• Call Today: (615) 646-2121
  • Hours: Mon - Fri 8 AM to 5 PM
  • 120B Seaboard Lane Franklin, TN 37067

If you spend any time at all on social media, you may have heard a lot of recent buzz about an app for both Android and iOS devices called “Sarahah,” which was developed by a Saudi developer.

In Arabic, the word means “honesty,” and the app’s stated purpose is to give users a platform to receive honest, anonymous feedback to help them improve.

Unfortunately, the app itself isn’t all that honest. Unbeknownst to those who install it, it makes a copy of their contacts lists and uploads them to the company’s server.

According to the developer, the reason for this behavior was that they had planned to roll out a “Find Your Friends” feature, and the contacts data was to be used to cross reference with the app’s database of user names. Unfortunately, again according to the developer, an unspecified technical difficulty delayed implementation of that feature indefinitely.

If that sounds like a flimsy excuse to you, you’re not alone, and the discovery has raised the eyebrows of privacy and security experts alike. Unfortunately, there’s not much to be done about it except uninstall the app, but even then, they’ve already got your contact list, so there’s nothing to be done on that front.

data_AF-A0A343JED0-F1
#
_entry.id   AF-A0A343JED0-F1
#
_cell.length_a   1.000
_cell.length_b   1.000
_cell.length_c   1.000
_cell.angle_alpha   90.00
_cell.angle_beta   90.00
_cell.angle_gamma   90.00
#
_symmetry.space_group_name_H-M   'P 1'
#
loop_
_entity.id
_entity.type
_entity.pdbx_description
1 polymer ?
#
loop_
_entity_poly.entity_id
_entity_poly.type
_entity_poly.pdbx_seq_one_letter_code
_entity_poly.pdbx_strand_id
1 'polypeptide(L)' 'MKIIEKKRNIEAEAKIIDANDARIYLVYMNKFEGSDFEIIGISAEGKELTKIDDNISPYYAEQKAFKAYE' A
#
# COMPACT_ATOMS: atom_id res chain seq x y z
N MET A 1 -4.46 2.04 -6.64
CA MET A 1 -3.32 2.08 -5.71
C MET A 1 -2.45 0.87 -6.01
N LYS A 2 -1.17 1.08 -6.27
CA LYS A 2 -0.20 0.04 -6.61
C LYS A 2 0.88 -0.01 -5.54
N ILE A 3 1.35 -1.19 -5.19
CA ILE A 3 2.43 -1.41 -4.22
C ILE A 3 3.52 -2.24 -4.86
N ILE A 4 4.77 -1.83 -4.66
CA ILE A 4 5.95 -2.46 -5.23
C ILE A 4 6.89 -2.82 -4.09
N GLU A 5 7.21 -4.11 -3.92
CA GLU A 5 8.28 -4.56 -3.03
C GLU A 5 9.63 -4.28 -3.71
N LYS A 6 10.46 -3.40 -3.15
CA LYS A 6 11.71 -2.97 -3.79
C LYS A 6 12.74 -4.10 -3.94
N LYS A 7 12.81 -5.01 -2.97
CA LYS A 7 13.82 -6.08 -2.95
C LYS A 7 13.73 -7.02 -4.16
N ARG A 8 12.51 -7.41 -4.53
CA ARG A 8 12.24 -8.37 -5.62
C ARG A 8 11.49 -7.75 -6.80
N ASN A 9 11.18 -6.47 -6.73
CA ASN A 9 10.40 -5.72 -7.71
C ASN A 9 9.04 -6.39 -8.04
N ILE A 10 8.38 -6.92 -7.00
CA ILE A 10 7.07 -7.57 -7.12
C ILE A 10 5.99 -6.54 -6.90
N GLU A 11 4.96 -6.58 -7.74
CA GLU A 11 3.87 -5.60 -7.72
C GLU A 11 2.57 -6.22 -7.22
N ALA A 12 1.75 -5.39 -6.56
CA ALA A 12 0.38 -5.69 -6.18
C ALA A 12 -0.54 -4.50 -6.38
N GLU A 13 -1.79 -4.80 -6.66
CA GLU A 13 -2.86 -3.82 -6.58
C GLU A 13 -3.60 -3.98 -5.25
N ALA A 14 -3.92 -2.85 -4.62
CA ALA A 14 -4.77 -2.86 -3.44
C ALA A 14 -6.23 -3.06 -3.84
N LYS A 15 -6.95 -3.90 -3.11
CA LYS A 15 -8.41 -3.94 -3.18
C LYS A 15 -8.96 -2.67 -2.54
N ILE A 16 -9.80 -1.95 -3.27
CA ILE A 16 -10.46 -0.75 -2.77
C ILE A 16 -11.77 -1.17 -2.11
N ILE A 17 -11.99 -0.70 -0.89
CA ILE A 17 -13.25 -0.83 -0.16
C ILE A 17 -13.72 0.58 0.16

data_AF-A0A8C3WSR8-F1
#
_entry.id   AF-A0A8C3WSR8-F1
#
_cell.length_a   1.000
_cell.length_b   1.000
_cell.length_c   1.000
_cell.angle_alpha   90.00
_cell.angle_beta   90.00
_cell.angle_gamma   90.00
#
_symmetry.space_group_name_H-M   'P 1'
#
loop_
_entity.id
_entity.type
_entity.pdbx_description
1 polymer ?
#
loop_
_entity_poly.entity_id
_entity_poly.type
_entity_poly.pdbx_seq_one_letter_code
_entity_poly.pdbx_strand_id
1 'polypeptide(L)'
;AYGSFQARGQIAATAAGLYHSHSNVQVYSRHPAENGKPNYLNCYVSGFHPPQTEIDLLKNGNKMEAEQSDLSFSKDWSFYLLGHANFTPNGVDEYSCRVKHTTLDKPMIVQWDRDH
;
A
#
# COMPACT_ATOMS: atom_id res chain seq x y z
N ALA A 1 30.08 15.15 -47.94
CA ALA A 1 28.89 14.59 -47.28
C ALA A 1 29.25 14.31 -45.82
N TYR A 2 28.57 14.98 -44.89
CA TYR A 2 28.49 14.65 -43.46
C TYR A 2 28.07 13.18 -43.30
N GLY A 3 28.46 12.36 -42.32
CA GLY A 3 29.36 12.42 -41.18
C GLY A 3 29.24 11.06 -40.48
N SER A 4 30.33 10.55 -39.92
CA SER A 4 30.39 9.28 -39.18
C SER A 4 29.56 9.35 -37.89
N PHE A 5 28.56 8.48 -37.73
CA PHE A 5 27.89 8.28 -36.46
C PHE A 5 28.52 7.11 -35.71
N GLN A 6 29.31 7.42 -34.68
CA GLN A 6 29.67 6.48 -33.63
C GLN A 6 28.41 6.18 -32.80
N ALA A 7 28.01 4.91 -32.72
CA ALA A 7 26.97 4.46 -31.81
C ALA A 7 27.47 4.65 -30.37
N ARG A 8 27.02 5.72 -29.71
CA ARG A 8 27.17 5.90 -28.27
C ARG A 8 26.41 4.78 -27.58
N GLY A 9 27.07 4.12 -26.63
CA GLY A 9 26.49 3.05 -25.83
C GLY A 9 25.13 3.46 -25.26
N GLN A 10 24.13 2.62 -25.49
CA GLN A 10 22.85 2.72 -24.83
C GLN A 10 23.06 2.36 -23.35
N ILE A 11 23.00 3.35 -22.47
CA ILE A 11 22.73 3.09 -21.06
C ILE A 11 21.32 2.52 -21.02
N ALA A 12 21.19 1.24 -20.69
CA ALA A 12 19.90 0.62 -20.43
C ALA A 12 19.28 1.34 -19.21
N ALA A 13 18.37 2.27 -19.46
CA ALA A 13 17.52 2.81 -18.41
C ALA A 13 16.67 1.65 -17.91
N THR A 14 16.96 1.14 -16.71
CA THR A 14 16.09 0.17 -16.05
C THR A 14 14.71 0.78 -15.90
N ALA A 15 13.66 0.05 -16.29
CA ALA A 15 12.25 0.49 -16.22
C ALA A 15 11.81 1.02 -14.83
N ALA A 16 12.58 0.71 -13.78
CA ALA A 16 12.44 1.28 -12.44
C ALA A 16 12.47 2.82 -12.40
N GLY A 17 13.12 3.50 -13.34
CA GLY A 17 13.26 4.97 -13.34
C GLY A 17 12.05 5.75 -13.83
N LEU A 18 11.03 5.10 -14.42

This is just a bad business for a legitimate app developer to be in. If they wanted to collect that information, then they should have at the very least let their users know that it was happening, and even better, provided a means of opting out of the collection of that data.

The fact that they did neither of those things, and provided what is, by all appearances, an incredibly flimsy excuse as a response when caught, certainly paints them in a bad light, even if they didn’t have any nefarious intentions.

In any case, be warned. If you use the app, just know that it’s not being honest about the data it’s collecting, regardless of the name of the program.

Used with permission from Article Aggregator